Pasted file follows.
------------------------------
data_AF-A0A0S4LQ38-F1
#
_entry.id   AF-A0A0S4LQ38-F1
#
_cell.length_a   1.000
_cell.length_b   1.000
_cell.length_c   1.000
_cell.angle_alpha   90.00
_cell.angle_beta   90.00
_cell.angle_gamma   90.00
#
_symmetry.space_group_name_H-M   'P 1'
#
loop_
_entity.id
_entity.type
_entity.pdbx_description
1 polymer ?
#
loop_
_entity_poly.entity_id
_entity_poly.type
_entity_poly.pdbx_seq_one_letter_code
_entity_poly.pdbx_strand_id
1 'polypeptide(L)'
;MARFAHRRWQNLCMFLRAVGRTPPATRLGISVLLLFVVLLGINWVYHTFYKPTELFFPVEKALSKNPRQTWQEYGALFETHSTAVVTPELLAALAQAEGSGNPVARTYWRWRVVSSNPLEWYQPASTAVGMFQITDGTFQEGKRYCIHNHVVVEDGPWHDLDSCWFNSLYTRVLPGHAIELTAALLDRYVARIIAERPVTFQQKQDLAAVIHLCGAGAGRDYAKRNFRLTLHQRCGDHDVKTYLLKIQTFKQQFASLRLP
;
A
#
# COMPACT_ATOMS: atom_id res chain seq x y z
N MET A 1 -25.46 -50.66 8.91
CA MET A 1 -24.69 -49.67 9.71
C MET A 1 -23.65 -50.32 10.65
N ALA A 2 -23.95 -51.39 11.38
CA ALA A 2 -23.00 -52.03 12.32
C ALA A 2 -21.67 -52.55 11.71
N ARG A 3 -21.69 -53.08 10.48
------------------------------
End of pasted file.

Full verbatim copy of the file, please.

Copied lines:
data_AF-A0A0S4LQ38-F1
#
_entry.id   AF-A0A0S4LQ38-F1
#
_cell.length_a   1.000
_cell.length_b   1.000
_cell.length_c   1.000
_cell.angle_alpha   90.00
_cell.angle_beta   90.00
_cell.angle_gamma   90.00
#
_symmetry.space_group_name_H-M   'P 1'
#
loop_
_entity.id
_entity.type
_entity.pdbx_description
1 polymer ?
#
loop_
_entity_poly.entity_id
_entity_poly.type
_entity_poly.pdbx_seq_one_letter_code
_entity_poly.pdbx_strand_id
1 'polypeptide(L)'
;MARFAHRRWQNLCMFLRAVGRTPPATRLGISVLLLFVVLLGINWVYHTFYKPTELFFPVEKALSKNPRQTWQEYGALFETHSTAVVTPELLAALAQAEGSGNPVARTYWRWRVVSSNPLEWYQPASTAVGMFQITDGTFQEGKRYCIHNHVVVEDGPWHDLDSCWFNSLYTRVLPGHAIELTAALLDRYVARIIAERPVTFQQKQDLAAVIHLCGAGAGRDYAKRNFRLTLHQRCGDHDVKTYLLKIQTFKQQFASLRLP
;
A
#
# COMPACT_ATOMS: atom_id res chain seq x y z
N MET A 1 -25.46 -50.66 8.91
CA MET A 1 -24.69 -49.67 9.71
C MET A 1 -23.65 -50.32 10.65
N ALA A 2 -23.95 -51.39 11.38
CA ALA A 2 -23.00 -52.03 12.32
C ALA A 2 -21.67 -52.55 11.71
N ARG A 3 -21.69 -53.08 10.48